After a short atmospheric intro, the first real song, “Worms of Hypocrisy”, starts in a rather bewildering way, with a riff that is almost rock and you wouldn’t expect it at all on a “black” track. Before you have the time to consciously ask yourself “OK, folks, what’s going on here?”, though, the peculiar drilling drums and guttural vocals jump in, along with some keyboard counterpoint whose effect is overall too unquestionable and thoroughly wanted and a guitar line reminiscent of 80s heavy metal, very clear and melodic, all of which, altogether, delivers a somewhat unusual but certainly infectious track.
“Treading on Angels” deals much more with traditional, consistent black metal à la Darkthrone; “Dawn of the Serpent Kings” features another rather odd and distorted intro, before diving your head down into a straightforward piece with many neat changes of pace and an emblematic low-fi aura.
From the searing “Beyond the Seventh Gate” onwards, we may also notice a shift in the topics of the songs, from Bass’s personal hopeless and apocalyptic take on religion to H.P. Lovecraft-inspired lyrics. The genius from Providence has clearly had a huge influence on Matt Bass as references to Cthulhu and the Old Ones are multiple, and “Crossing of the Spheres” is a real compendium of invocations to the main Lovecraftian creatures.
The ripping Bay Area-style riff that introduces “A New Dawn” furtherly clarifies that Witchcult’s favourite trick and modus operandi on this album is to instill a proper black metal song structure and characters on an unexpected, out-of-the-blue melodic magma, that clearly owes much to the 80s in every musical declination. “Pathways to Immortality” is a darker track that once again features plentiful keyboards, dimly redolent of early Cradle of Filth.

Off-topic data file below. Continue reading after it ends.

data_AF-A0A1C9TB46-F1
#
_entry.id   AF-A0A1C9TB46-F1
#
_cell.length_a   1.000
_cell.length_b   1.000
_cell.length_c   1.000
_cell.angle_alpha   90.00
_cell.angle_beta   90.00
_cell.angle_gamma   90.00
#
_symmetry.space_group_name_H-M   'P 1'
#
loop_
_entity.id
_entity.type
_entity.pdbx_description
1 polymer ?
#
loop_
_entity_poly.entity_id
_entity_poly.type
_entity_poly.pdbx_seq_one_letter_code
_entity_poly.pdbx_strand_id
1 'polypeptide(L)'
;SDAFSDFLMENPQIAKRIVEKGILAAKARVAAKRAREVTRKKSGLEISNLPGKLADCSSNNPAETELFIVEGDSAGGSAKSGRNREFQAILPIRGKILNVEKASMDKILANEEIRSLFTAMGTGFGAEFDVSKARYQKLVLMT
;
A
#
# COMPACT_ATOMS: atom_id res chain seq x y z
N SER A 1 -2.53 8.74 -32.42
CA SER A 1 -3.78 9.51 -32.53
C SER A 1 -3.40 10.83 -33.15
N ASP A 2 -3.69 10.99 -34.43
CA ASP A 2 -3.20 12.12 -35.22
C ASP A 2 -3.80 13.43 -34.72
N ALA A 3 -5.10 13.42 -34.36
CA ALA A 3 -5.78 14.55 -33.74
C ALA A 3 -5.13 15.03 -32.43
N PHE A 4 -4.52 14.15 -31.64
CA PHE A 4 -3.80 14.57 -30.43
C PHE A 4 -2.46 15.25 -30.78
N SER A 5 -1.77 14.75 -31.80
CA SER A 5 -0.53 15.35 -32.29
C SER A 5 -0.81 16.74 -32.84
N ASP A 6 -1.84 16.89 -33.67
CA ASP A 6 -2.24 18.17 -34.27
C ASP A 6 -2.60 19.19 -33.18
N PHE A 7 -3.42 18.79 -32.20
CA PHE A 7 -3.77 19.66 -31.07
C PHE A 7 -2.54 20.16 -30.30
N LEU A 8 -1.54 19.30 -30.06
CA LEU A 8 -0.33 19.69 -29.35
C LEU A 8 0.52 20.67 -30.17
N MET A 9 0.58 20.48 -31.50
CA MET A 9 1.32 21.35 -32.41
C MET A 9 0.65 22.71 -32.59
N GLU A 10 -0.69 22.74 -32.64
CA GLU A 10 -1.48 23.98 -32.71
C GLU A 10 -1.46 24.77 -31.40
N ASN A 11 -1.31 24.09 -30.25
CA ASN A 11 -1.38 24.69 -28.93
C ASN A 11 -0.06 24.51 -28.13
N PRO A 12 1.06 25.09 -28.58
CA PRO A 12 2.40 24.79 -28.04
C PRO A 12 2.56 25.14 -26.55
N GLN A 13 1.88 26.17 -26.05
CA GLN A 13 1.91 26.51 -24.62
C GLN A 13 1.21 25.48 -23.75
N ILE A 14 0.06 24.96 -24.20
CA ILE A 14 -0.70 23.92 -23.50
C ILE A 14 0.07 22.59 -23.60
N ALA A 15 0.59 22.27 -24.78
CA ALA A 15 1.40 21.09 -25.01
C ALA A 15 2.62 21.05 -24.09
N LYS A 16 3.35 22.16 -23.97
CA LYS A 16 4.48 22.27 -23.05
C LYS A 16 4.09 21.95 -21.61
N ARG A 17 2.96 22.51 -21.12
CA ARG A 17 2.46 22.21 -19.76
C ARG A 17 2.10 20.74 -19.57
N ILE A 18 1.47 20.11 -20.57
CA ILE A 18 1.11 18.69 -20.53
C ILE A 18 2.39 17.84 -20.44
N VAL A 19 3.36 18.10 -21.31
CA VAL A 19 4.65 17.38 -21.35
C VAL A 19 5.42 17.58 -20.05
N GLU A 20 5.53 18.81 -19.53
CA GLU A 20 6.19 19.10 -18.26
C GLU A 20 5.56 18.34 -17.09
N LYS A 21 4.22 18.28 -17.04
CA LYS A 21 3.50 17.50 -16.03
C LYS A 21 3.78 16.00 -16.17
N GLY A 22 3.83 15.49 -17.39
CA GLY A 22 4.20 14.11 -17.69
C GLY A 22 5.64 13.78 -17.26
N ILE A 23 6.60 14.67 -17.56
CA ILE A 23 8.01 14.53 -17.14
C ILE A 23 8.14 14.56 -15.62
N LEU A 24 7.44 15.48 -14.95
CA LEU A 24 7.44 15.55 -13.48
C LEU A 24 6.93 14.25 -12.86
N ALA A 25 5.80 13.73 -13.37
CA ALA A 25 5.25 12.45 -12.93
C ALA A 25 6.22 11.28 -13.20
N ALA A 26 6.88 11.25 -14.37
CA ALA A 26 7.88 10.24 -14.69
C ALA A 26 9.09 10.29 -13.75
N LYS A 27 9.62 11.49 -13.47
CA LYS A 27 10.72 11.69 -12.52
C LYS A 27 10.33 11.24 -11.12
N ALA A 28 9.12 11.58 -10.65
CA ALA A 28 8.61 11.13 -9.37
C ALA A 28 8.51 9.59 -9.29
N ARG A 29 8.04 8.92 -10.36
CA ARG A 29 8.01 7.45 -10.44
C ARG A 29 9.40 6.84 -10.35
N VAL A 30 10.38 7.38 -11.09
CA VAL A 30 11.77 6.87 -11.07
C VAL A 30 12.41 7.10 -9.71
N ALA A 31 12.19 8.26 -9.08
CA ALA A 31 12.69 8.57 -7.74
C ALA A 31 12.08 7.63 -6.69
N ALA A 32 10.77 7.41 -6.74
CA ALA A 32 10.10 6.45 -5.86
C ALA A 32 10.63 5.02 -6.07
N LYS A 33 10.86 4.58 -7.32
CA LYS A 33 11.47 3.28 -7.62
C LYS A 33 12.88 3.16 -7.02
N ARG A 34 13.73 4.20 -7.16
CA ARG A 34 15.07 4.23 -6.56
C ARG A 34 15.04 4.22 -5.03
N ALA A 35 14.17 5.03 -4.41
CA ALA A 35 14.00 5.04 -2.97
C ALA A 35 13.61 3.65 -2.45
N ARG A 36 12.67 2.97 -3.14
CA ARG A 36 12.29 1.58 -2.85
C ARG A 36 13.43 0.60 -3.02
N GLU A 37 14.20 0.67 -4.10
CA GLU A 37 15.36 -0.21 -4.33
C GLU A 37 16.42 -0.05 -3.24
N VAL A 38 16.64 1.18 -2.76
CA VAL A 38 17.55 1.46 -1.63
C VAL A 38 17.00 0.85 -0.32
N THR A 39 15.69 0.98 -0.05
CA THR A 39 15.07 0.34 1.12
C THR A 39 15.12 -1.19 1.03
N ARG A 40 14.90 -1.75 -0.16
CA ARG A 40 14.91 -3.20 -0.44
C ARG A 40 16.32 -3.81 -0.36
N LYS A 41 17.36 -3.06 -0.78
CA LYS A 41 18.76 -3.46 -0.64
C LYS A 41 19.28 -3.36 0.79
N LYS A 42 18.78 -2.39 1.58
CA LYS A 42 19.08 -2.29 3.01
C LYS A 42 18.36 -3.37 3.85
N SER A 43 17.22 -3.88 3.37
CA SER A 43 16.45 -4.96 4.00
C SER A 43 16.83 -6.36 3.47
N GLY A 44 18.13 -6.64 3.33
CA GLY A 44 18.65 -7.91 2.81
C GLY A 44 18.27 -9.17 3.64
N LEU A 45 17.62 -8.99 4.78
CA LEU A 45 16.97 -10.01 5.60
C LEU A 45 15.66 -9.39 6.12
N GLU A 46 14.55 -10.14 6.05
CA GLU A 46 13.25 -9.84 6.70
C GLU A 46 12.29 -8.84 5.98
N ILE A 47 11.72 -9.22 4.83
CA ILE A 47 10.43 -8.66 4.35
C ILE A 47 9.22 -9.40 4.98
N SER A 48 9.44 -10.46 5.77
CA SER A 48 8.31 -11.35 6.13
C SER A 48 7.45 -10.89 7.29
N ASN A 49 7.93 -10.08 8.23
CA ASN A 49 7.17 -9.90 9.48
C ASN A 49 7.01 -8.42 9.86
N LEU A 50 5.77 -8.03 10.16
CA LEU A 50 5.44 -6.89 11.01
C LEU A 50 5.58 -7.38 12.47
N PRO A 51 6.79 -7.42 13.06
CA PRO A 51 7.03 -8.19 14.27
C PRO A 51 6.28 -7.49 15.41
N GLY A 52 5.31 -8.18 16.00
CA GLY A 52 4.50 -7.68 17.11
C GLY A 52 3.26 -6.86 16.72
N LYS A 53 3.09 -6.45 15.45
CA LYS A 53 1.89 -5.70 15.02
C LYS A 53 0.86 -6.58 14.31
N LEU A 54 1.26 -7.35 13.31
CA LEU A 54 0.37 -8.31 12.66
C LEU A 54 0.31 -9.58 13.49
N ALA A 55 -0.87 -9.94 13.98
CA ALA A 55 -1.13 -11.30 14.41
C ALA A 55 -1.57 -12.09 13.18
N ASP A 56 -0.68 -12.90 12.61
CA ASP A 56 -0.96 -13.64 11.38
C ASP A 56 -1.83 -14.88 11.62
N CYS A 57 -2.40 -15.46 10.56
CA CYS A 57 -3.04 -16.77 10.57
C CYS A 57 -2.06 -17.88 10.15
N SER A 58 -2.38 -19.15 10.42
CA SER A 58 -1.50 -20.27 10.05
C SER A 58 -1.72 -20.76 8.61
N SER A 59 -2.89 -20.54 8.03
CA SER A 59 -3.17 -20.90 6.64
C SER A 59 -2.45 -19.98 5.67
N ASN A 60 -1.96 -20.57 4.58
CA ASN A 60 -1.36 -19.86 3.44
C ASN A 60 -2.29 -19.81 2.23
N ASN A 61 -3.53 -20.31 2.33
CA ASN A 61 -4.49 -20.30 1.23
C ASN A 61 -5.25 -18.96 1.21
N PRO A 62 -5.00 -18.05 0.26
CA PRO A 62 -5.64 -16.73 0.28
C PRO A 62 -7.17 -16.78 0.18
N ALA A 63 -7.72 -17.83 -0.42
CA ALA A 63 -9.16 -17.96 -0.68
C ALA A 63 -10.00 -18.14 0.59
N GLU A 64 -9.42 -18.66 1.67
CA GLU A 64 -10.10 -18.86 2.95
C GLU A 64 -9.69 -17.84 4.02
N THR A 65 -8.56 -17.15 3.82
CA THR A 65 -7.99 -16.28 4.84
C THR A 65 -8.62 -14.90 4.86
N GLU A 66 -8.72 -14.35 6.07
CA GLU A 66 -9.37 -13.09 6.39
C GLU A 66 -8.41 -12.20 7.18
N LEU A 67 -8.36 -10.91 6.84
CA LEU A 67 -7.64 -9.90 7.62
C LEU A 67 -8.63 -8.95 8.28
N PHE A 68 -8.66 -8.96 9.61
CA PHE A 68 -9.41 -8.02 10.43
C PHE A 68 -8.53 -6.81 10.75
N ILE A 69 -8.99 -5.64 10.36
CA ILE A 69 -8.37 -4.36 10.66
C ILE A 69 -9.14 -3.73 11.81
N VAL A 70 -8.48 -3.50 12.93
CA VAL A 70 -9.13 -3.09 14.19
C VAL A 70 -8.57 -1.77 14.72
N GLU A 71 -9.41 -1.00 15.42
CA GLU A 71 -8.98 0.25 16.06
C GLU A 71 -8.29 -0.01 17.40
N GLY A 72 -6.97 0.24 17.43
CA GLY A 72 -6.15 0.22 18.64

The already mentioned “Crossing of the Spheres” is a powerful, evocative and extremely murky track rich in tempo shifts, with Bass’s deep growl going maniac and unsettling and an interesting work on the keyboards, perfect set for the theme examined.
“Neverending Funeral” insists on this darkened direction, abruptly slowing down the pace, diving into the most abyssal depths of doom tempos, and unleashing its fury in the final part. There is still space for an eerie outro with the same ghostly female vocals heard on the intro (Bass’s wife Carmel, just for the info).
Ultimately, we have a startling but also surprising album, honest and direct in spirit and intentions, that plays with genres and subgenres without giving much thought of it. The result is indeed captivating, although a slight lack of cohesion between the tracks and within each song can be perceived occasionally.
Release date: October 31, 2014 through Elvester Records on CD limited to 1000 copies, and on vinyl: 100 (180gm) Blood Red Vinyl, 500 (180gm) Black Vinyl
1. Descend into Darkness (Intro)
2. Worms of Hypocrisy
3. Treading on Angels
4. Dawn of the Serpent Kings
5. Beyond the Seventh Gate
6. A New Dawn
7. Pathways to Immortality
8. Crossing of the Spheres
9. Neverending Funeral
10. Descend into Madness (Outro)
Matt Bass – all instruments, vocals, lyrics